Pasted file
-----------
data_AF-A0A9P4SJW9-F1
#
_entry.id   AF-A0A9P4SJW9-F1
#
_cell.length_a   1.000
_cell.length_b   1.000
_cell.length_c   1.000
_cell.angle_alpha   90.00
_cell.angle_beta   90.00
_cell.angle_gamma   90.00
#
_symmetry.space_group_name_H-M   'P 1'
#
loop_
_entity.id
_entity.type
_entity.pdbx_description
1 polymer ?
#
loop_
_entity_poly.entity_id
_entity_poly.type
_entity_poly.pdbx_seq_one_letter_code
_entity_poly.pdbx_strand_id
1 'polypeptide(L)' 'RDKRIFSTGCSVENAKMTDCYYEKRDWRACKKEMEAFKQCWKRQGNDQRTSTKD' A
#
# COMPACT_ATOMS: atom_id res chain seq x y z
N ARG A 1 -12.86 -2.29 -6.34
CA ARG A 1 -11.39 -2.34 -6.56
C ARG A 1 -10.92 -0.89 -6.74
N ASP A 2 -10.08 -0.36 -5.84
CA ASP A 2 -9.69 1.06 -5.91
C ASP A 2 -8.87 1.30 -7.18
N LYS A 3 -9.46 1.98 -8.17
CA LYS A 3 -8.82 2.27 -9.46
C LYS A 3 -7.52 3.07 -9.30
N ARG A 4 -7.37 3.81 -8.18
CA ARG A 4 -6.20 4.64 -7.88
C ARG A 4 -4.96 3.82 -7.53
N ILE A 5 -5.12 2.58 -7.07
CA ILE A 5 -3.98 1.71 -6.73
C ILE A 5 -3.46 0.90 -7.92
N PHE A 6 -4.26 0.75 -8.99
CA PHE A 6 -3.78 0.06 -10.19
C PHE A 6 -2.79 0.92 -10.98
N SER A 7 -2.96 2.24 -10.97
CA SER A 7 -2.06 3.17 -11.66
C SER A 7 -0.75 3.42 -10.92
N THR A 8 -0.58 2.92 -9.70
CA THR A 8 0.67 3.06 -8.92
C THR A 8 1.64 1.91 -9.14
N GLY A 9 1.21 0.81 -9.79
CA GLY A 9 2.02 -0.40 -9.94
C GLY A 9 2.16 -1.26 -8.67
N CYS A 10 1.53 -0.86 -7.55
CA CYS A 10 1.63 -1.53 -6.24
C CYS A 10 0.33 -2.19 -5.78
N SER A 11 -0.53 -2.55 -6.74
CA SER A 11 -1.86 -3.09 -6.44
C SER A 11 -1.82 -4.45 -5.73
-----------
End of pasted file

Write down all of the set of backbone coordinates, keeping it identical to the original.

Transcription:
data_AF-A0A9P4SJW9-F1
#
_entry.id   AF-A0A9P4SJW9-F1
#
_cell.length_a   1.000
_cell.length_b   1.000
_cell.length_c   1.000
_cell.angle_alpha   90.00
_cell.angle_beta   90.00
_cell.angle_gamma   90.00
#
_symmetry.space_group_name_H-M   'P 1'
#
loop_
_entity.id
_entity.type
_entity.pdbx_description
1 polymer ?
#
loop_
_entity_poly.entity_id
_entity_poly.type
_entity_poly.pdbx_seq_one_letter_code
_entity_poly.pdbx_strand_id
1 'polypeptide(L)' 'RDKRIFSTGCSVENAKMTDCYYEKRDWRACKKEMEAFKQCWKRQGNDQRTSTKD' A
#
# COMPACT_ATOMS: atom_id res chain seq x y z
N ARG A 1 -12.86 -2.29 -6.34
CA ARG A 1 -11.39 -2.34 -6.56
C ARG A 1 -10.92 -0.89 -6.74
N ASP A 2 -10.08 -0.36 -5.84
CA ASP A 2 -9.69 1.06 -5.91
C ASP A 2 -8.87 1.30 -7.18
N LYS A 3 -9.46 1.98 -8.17
CA LYS A 3 -8.82 2.27 -9.46
C LYS A 3 -7.52 3.07 -9.30
N ARG A 4 -7.37 3.81 -8.18
CA ARG A 4 -6.20 4.64 -7.88
C ARG A 4 -4.96 3.82 -7.53
N ILE A 5 -5.12 2.58 -7.07
CA ILE A 5 -3.98 1.71 -6.73
C ILE A 5 -3.46 0.90 -7.92
N PHE A 6 -4.26 0.75 -8.99
CA PHE A 6 -3.78 0.06 -10.19
C PHE A 6 -2.79 0.92 -10.98
N SER A 7 -2.96 2.24 -10.97
CA SER A 7 -2.06 3.17 -11.66
C SER A 7 -0.75 3.42 -10.92
N THR A 8 -0.58 2.92 -9.70
CA THR A 8 0.67 3.06 -8.92
C THR A 8 1.64 1.91 -9.14
N GLY A 9 1.21 0.81 -9.79
CA GLY A 9 2.02 -0.40 -9.94
C GLY A 9 2.16 -1.26 -8.67
N CYS A 10 1.53 -0.86 -7.55
CA CYS A 10 1.63 -1.53 -6.24
C CYS A 10 0.33 -2.19 -5.78
N SER A 11 -0.53 -2.55 -6.74
CA SER A 11 -1.86 -3.09 -6.44
C SER A 11 -1.82 -4.45 -5.73